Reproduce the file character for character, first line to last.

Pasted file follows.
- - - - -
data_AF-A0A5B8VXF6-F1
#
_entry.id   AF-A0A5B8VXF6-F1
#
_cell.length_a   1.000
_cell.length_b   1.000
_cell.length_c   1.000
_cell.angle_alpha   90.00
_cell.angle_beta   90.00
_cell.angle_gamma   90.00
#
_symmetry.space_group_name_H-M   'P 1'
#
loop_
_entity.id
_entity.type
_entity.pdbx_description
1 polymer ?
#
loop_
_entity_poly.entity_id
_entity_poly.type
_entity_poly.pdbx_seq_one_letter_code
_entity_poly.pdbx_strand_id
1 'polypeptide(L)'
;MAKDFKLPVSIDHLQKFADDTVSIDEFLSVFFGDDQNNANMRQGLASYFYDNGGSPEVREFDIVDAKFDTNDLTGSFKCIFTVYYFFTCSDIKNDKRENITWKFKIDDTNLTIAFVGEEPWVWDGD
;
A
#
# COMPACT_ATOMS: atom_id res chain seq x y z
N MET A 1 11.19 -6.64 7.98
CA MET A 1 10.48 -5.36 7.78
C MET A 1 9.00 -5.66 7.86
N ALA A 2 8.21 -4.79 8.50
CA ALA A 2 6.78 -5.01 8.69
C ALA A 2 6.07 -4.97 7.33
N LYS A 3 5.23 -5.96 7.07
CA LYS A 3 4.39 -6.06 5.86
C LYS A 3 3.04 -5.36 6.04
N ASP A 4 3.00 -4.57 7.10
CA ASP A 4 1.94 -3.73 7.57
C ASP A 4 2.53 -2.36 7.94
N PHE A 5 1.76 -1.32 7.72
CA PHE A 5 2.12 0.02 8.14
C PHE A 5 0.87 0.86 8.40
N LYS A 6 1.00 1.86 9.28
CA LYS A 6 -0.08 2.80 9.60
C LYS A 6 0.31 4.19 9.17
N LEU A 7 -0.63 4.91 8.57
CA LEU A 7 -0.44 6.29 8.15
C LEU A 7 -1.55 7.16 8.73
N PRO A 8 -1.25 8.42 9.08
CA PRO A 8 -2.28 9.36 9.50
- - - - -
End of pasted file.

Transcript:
data_AF-A0A5B8VXF6-F1
#
_entry.id   AF-A0A5B8VXF6-F1
#
_cell.length_a   1.000
_cell.length_b   1.000
_cell.length_c   1.000
_cell.angle_alpha   90.00
_cell.angle_beta   90.00
_cell.angle_gamma   90.00
#
_symmetry.space_group_name_H-M   'P 1'
#
loop_
_entity.id
_entity.type
_entity.pdbx_description
1 polymer ?
#
loop_
_entity_poly.entity_id
_entity_poly.type
_entity_poly.pdbx_seq_one_letter_code
_entity_poly.pdbx_strand_id
1 'polypeptide(L)'
;MAKDFKLPVSIDHLQKFADDTVSIDEFLSVFFGDDQNNANMRQGLASYFYDNGGSPEVREFDIVDAKFDTNDLTGSFKCIFTVYYFFTCSDIKNDKRENITWKFKIDDTNLTIAFVGEEPWVWDGD
;
A
#
# COMPACT_ATOMS: atom_id res chain seq x y z
N MET A 1 11.19 -6.64 7.98
CA MET A 1 10.48 -5.36 7.78
C MET A 1 9.00 -5.66 7.86
N ALA A 2 8.21 -4.79 8.50
CA ALA A 2 6.78 -5.01 8.69
C ALA A 2 6.07 -4.97 7.33
N LYS A 3 5.23 -5.96 7.07
CA LYS A 3 4.39 -6.06 5.86
C LYS A 3 3.04 -5.36 6.04
N ASP A 4 3.00 -4.57 7.10
CA ASP A 4 1.94 -3.73 7.57
C ASP A 4 2.53 -2.36 7.94
N PHE A 5 1.76 -1.32 7.72
CA PHE A 5 2.12 0.02 8.14
C PHE A 5 0.87 0.86 8.40
N LYS A 6 1.00 1.86 9.28
CA LYS A 6 -0.08 2.80 9.60
C LYS A 6 0.31 4.19 9.17
N LEU A 7 -0.63 4.91 8.57
CA LEU A 7 -0.44 6.29 8.15
C LEU A 7 -1.55 7.16 8.73
N PRO A 8 -1.25 8.42 9.08
CA PRO A 8 -2.28 9.36 9.50